The Insecurities of Scientism

How to Make a Materialist Hiss

I have noticed something, and in making this observation I am not being provocative; I simply believe that it’s true. The followers of scientism (and, if I may conflate the two, the followers of materialism) are intensely insecure about something.

I will not be so inflammatory as to suggest that these people are insecure because of suppressed, unacknowledged fears that they are wrong (although that is plausible). However, somebody will eventually have to make a diagnosis, because the condition is obvious.

Whenever it becomes apparent that someone holds a viewpoint that does not conform to the criteria that scientism requires, the enforcers are quick to react. Their diatribe is overly dismissive, sweeping and defensive, as if something sacred has been tread upon. If you were to remove all the assumptions and pontification, very little persuasive content would remain. They refer to themselves as “rational” and their beliefs as those of “reason,” as if they have a patent on the concepts. They use these words so often that one must wonder. When do people feel the need to repeatedly call themselves something that they actually are? When does a person give himself his own nickname?

While the rationality and mental health of millions may be at stake, altruism is not an explanation for this behaviour. It is my personal belief that this rabid skepticism—the new atheism—has made many people feel as if they are part of something larger than themselves. I think that in many of their cases, this is a first. There is something to believe in, something to fight for, something to live for, and even a feeling of exclusivity. Membership implies intelligence. The word “science” is tossed about like the ace of trump, and it is tossed about by everyone. The adherents run little chance of being humiliated on account of their position, because incredulity is always a powerful thing in the face of spectacular claims.

Of the original founders of this attitude, I perceive slightly more complex motivation. There is some honesty reflected in this expression of their views. Of the followers, I perceive that many of them have merely found something to cling to, and, in some cases, something that will get them attention. My primary critique is not an original observation—I observe that, having said so much about what is not true, they have said very little about what is.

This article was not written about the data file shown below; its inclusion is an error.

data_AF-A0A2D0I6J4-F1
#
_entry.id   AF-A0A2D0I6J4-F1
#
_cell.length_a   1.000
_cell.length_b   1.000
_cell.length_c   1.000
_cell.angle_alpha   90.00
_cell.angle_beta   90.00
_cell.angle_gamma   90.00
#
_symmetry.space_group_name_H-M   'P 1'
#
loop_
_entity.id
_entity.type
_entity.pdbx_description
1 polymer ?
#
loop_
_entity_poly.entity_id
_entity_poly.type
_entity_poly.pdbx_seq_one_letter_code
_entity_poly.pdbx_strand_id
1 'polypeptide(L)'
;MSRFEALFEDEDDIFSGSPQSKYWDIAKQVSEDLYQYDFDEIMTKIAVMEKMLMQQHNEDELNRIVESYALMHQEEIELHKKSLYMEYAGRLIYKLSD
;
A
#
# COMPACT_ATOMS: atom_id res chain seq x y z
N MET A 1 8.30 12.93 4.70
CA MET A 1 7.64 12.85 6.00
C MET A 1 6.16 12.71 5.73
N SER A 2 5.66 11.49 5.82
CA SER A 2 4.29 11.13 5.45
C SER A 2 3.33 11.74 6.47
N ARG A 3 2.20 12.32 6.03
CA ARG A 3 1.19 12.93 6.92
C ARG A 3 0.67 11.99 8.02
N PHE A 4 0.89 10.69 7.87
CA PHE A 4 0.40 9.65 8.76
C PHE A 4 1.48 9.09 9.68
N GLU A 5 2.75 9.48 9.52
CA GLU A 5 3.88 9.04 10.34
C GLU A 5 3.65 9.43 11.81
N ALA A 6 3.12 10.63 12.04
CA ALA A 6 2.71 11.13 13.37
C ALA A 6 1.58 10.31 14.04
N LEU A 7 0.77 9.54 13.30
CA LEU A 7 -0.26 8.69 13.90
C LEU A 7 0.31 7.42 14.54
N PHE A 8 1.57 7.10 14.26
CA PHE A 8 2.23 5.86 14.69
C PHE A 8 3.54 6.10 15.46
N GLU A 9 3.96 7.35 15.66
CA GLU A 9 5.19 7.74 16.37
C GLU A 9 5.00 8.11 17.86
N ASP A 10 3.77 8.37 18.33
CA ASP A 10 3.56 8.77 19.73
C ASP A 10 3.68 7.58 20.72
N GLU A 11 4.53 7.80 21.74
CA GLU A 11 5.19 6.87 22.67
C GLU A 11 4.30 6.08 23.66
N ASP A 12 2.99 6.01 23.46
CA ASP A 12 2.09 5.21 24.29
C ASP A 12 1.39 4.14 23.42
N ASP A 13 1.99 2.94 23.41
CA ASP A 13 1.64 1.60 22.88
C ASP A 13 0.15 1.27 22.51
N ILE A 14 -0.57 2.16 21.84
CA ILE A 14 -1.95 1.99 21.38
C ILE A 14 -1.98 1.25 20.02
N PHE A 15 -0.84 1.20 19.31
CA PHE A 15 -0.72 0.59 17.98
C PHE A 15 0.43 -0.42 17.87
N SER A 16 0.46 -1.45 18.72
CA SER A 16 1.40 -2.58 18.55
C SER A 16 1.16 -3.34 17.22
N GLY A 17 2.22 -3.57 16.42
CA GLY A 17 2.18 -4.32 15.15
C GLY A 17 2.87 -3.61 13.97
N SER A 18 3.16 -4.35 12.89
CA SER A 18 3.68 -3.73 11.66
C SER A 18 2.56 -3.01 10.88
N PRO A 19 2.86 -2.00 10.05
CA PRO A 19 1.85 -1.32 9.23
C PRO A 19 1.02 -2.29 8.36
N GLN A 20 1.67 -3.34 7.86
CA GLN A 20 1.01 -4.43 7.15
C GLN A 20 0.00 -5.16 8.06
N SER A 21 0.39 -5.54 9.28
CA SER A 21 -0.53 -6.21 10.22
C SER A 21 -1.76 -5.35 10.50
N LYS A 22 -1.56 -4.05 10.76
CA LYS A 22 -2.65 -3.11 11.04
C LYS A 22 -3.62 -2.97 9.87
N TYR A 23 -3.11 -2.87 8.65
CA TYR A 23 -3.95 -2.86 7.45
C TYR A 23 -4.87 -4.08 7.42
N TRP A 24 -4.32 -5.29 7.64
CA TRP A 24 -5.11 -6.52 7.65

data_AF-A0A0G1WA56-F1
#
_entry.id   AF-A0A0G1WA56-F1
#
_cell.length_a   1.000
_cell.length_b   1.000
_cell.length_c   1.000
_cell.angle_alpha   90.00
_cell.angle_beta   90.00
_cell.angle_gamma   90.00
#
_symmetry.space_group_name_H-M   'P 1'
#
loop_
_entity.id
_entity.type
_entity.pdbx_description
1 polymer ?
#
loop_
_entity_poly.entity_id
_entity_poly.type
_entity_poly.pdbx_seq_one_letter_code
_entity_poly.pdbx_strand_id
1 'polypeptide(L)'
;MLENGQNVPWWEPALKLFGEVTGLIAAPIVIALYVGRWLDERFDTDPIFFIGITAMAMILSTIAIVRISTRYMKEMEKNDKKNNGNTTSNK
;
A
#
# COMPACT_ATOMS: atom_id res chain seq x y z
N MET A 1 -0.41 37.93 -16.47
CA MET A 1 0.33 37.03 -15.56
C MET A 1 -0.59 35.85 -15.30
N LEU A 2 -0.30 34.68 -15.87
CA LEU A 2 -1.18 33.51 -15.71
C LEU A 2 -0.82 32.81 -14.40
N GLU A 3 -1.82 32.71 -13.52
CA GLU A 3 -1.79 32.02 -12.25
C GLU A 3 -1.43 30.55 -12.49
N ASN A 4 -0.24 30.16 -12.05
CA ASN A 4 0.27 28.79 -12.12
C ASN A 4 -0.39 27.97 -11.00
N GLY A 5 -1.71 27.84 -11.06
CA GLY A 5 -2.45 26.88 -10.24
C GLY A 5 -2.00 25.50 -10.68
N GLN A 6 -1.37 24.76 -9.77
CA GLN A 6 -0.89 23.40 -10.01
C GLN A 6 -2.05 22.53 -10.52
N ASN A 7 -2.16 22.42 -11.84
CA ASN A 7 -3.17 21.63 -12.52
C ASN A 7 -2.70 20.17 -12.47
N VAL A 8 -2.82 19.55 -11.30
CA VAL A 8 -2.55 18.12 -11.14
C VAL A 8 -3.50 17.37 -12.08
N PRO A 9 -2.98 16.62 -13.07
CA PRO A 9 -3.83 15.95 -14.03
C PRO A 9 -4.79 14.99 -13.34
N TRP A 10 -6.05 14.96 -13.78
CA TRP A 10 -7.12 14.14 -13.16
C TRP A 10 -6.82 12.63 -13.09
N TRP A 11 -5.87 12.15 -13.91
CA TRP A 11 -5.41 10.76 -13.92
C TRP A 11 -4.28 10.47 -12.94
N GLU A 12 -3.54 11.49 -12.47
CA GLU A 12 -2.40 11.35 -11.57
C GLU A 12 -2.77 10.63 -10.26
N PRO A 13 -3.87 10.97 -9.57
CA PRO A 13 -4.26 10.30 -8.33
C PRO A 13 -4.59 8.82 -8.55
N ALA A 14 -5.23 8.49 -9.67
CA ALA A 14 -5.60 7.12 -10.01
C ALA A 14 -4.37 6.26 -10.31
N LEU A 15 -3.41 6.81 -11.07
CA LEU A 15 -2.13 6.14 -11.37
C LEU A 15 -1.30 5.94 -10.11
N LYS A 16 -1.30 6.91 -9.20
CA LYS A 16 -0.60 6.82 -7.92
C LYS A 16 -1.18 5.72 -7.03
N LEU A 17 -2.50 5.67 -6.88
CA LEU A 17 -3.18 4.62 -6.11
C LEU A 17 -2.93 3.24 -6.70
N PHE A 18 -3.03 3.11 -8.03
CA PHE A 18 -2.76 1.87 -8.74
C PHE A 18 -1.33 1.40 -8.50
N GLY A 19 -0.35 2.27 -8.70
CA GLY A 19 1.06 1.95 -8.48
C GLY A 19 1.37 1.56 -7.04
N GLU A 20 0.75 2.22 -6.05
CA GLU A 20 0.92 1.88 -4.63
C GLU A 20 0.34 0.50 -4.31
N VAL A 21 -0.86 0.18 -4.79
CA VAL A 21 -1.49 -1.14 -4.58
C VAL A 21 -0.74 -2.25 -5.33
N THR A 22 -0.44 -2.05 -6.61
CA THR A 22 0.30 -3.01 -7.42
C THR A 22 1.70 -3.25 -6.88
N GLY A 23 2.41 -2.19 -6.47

How to Make a Materialist Hiss


4 Responses to “The Insecurities of Scientism”

  1. I’d like to suggest, at the risk of sounding like an enforcer for the followers, that your observation applies to any identifiable group / mentality / affiliation. You can replace keywords such as “reason” and “rational” with their counterparts in other systems.

    I also think we can be both founders and followers depending on our mood or specific expertise in the subject matter being discussed. I’ll defend environmentalism to the death. I may sound like a zealot when I have to dabble in the economics of future change but I’ll have no problem telling you why it’s better to recycle aluminum than to produce more from unrefined goods.

  2. This first point of yours may well be right. But does that make it any less of a problem?

    Keep in mind that I am not taking issue with the general “shape” of the phenomenon. I wrote that only to describe it. My point in all this is that while your environmental fervor can be explained by… say, concern for the impending death of the planet… I believe that a larger portion of this pop-culture atheism can be explained by a sense of belonging, self-importance and exclusivity than ought to be the case. I might dare compare them to people who have grabbed the coattails of the environmental movement in order to feel better about themselves for being green, but who are not actually very green.

    And by the way, I think you’re rather above this kind of thing–there are (as far as I know) no aspects of your thinking that I would have intended to criticize in this particular post.

  3. wabasso Says:

    I agree–doesn’t make it less of a problem. And I agree with your observation in general. I’m also flattered that you feel that my thinking is generally “above” this. That’s not always true but I’ll take the compliment 🙂

  4. I keep forgetting what name I use on here.

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